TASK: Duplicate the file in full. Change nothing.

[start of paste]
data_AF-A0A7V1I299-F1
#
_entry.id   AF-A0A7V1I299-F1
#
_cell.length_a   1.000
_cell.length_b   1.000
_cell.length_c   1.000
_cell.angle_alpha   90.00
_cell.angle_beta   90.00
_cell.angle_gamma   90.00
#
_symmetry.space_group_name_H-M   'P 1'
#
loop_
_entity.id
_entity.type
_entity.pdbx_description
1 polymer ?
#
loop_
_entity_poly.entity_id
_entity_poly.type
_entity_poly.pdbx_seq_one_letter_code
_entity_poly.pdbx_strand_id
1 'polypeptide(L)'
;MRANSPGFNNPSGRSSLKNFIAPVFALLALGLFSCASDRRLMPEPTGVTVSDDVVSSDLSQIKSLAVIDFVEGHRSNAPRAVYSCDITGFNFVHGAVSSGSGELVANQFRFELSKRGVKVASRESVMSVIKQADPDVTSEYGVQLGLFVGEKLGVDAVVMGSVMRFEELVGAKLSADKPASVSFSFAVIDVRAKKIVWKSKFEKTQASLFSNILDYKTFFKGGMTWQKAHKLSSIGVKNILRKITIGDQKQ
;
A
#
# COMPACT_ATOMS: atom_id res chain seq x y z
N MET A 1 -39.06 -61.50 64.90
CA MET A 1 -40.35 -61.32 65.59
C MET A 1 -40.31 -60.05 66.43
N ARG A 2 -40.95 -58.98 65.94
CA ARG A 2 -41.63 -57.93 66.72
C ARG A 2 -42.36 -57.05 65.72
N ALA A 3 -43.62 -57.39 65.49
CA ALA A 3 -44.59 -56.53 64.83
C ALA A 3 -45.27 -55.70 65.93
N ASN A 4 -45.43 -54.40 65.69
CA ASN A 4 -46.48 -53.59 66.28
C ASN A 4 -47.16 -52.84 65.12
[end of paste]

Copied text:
data_AF-A0A7V1I299-F1
#
_entry.id   AF-A0A7V1I299-F1
#
_cell.length_a   1.000
_cell.length_b   1.000
_cell.length_c   1.000
_cell.angle_alpha   90.00
_cell.angle_beta   90.00
_cell.angle_gamma   90.00
#
_symmetry.space_group_name_H-M   'P 1'
#
loop_
_entity.id
_entity.type
_entity.pdbx_description
1 polymer ?
#
loop_
_entity_poly.entity_id
_entity_poly.type
_entity_poly.pdbx_seq_one_letter_code
_entity_poly.pdbx_strand_id
1 'polypeptide(L)'
;MRANSPGFNNPSGRSSLKNFIAPVFALLALGLFSCASDRRLMPEPTGVTVSDDVVSSDLSQIKSLAVIDFVEGHRSNAPRAVYSCDITGFNFVHGAVSSGSGELVANQFRFELSKRGVKVASRESVMSVIKQADPDVTSEYGVQLGLFVGEKLGVDAVVMGSVMRFEELVGAKLSADKPASVSFSFAVIDVRAKKIVWKSKFEKTQASLFSNILDYKTFFKGGMTWQKAHKLSSIGVKNILRKITIGDQKQ
;
A
#
# COMPACT_ATOMS: atom_id res chain seq x y z
N MET A 1 -39.06 -61.50 64.90
CA MET A 1 -40.35 -61.32 65.59
C MET A 1 -40.31 -60.05 66.43
N ARG A 2 -40.95 -58.98 65.94
CA ARG A 2 -41.63 -57.93 66.72
C ARG A 2 -42.36 -57.05 65.72
N ALA A 3 -43.62 -57.39 65.49
CA ALA A 3 -44.59 -56.53 64.83
C ALA A 3 -45.27 -55.70 65.93
N ASN A 4 -45.43 -54.40 65.69
CA ASN A 4 -46.48 -53.59 66.28
C ASN A 4 -47.16 -52.84 65.12